Vipassana meditation is a totally non-sectarian method of looking inwards into oneself, to arrive at an understanding of the connection that exists between mind and matter and what happens when we defile our minds with negativities. (This is not to be confused with any ritualistic practice that is part of modern day Buddhism). Starting with learning to focus continuously on the incoming and outgoing breath, one gradually progresses to the stage of awareness of sensations, gross and subtle, that keep arising within our physical framework . One begins to understand that negativity in the mind, whether of anger or greed, jealousy or insecurity , desire or passion, fear or hatred, will always give rise to unpleasant sensations in the physical component of what we are constituted of and the mind in turn reacts with aversion to these unpleasant sensations, wanting them to disappear. In a broad sense, this is when we start feeling miserable.

And it is not just the aversion to the unpleasant sensations that is the cause of our grief. Every time we feel good, every time we feel pleasure, through our different senses, our physical being is loaded with pleasant sensations and our mind starts craving for more of them. The loss of pleasure or even the fear of losing it, for we know that nothing sustains permanently, makes us miserable again. We then fail to live fully in the present and are constantly regressing to our past or projecting our fears into the future.

At the peripheral level, it is only our intellect that can grasp these truths. All religions warn us against negative deeds and urge us to do that is which good and wholesome . All religions emphasise the value of detachment and, yet, with all our clinging and attachments to the things that are pleasant for us, detachment is the most difficult thing to practice in our daily lives.

We may argue over the different messages in the Gita or the Bible or the Koran and their authenticity. Belief in Heaven and hell is also a matter of faith. Whether there is one lifetime or many is beyond the grasp of our limited knowledge. But there cannot be any denying of a truth that we can come to understand at an experiential level and that is the law of cause and effect. The moment negativity arises in our mind, there is a resultant agitation, a disturbance, like the waters becoming muddy when stirred with a stick or by hurling a stone into it. Very often we manage to suppress it, and we think we have restored our calm, but the mud has merely settled down, not removed and the next time another stone is thrown, the sediments come rising up again.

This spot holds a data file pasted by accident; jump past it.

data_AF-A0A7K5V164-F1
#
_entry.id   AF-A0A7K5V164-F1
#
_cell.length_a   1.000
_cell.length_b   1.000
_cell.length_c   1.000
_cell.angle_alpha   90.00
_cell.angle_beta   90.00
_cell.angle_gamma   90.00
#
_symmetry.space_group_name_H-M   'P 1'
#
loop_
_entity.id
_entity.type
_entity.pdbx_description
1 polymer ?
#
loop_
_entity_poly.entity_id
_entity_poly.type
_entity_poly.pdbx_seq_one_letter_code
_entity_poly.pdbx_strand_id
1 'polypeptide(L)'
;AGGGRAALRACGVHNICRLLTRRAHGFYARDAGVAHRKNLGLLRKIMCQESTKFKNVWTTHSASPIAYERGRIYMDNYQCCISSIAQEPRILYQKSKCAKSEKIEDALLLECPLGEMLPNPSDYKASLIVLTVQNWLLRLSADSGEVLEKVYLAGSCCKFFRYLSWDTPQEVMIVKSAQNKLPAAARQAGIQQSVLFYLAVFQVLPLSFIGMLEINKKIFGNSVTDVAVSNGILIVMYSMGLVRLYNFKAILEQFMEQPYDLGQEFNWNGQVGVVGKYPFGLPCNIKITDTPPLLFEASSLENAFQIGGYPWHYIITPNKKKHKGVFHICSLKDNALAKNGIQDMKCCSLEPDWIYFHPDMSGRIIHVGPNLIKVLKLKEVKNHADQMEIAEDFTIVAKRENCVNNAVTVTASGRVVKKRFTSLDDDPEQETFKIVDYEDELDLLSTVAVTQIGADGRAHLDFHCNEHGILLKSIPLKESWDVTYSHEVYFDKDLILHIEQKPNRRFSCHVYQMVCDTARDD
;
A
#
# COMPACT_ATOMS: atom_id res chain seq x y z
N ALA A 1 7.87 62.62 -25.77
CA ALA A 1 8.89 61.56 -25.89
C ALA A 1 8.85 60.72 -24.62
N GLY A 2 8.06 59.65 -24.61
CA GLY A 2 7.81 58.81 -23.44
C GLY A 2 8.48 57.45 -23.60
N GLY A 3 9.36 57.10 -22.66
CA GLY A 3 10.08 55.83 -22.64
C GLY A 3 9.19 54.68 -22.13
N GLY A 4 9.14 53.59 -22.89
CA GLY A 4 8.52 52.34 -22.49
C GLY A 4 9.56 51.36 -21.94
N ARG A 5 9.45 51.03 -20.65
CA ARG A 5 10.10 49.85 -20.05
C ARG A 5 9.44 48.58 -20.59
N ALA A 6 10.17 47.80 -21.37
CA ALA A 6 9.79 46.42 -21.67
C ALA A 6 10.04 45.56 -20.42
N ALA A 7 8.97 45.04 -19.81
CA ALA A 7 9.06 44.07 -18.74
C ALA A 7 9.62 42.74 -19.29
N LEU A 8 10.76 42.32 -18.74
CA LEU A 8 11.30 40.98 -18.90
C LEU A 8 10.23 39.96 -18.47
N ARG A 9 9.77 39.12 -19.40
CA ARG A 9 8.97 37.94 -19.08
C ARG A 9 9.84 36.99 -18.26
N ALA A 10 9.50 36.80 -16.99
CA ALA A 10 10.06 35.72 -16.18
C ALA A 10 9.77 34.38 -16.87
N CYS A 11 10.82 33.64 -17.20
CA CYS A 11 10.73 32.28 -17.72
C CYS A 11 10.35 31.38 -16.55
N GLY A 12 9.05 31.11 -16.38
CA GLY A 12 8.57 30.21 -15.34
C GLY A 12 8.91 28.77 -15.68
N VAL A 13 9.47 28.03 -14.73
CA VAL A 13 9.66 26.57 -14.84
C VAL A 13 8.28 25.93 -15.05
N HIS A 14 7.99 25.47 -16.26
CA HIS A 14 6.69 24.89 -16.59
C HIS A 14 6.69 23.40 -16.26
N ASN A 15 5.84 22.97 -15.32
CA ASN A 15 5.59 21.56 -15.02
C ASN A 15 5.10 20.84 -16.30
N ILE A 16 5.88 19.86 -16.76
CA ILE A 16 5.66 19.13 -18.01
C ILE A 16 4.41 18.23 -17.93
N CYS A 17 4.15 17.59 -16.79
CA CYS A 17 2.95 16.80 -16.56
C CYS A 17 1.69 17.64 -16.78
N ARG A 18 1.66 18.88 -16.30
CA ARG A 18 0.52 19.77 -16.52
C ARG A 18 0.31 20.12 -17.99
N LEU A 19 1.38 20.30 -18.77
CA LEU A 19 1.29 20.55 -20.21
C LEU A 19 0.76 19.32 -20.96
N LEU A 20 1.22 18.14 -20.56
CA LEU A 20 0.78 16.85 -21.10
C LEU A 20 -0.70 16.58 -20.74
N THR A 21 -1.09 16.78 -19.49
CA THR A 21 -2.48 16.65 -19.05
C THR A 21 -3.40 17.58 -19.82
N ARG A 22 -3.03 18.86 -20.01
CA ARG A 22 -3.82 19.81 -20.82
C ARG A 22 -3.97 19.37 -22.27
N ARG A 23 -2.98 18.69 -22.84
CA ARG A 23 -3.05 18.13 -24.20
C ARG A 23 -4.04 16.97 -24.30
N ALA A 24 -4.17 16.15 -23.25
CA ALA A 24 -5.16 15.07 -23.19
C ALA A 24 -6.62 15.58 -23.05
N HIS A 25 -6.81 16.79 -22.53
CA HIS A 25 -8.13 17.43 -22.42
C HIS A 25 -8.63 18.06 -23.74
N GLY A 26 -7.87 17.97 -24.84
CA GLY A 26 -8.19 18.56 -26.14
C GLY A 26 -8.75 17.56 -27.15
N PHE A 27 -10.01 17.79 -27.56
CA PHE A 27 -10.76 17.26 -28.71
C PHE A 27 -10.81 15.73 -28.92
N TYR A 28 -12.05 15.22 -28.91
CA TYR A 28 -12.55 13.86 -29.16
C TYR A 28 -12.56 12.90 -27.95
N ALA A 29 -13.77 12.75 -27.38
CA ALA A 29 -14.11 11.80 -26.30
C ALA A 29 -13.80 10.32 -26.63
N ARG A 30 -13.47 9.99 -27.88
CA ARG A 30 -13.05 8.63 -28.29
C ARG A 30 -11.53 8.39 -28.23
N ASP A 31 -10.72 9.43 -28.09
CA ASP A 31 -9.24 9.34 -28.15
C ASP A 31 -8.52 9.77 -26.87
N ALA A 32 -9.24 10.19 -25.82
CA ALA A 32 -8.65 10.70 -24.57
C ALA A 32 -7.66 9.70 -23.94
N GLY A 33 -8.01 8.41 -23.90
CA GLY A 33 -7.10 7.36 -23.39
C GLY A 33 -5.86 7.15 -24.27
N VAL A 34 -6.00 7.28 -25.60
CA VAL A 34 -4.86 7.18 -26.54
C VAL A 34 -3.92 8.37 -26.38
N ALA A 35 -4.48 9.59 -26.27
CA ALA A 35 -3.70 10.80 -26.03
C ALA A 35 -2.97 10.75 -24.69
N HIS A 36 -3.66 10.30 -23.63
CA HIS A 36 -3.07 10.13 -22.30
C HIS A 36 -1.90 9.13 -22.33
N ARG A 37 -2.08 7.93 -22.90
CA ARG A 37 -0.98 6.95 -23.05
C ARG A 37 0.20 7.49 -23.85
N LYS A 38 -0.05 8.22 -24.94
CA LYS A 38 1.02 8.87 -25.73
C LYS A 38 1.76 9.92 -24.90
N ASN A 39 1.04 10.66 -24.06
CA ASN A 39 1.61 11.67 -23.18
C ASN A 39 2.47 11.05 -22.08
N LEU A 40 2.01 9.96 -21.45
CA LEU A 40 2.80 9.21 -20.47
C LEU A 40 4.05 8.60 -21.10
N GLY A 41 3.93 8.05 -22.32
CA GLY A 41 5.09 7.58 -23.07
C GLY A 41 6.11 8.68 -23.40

Through vipassana meditation, one learns to observe the sensations that arise, with equanimity, both the pleasant and the unpleasant, with the awareness that nothing is permanent and that that which arises will pass away. Through continuous practice of this form of meditation, the residue that has been accumulated in our minds can be eradicated, making our minds clearer and calmer. We begin to get a glimpse of what our purer states must be like . Our minds which are accustomed to reacting with craving or aversion, all the time, learn instead to observe and remain calm, unperturbed. It helps us to remain in the present moment, more and more, not forever worrying about the future or burdened with the baggages of the past. We begin to be free.

The Buddha neither affirmed nor denied the existence of God. What he went about teaching till he breathed his last was the art of living this life in the here and now. Vipassana meditation is a wonderful way of achieving that; it is difficult, no doubt, but the results of which one can experience straightaway, without waiting to die.

What I found most striking about the whole thing was that in some way it makes us more empathetic. We begin to realize that even the person who we think as the most vile, as per our judgements and as per their actions, do deserve our compassion and not hatred. Just imagine how much of negativity a person must summon up in order to perpetuate a gross act like rape or killing for example. Would that just vanish away? For how long that must eat away at his inner self. When one becomes more aware of the turmoil, sometimes hidden so deep inside us, it begins to help us wish that such turmoil be wiped away from each and everyone who is suffering in the same way. Compassion is not just a word. It is a process of awareness and there is no way that one can intellectually learn it or make it part of ourselves, except by spending time in deeply looking into our own selves.

With time, I also got over the stumbling block of interpreting the word “detatchment “ as indifference or a deadening of our ability to take joy in anything around us. In fact it helps us better to appreciate the blessings and beauty of our existences, for we do not peg it to its permanence , but to its existence in the here and now.

A long way to go yet. But in many ways , through many days, I am getting better and better.:-)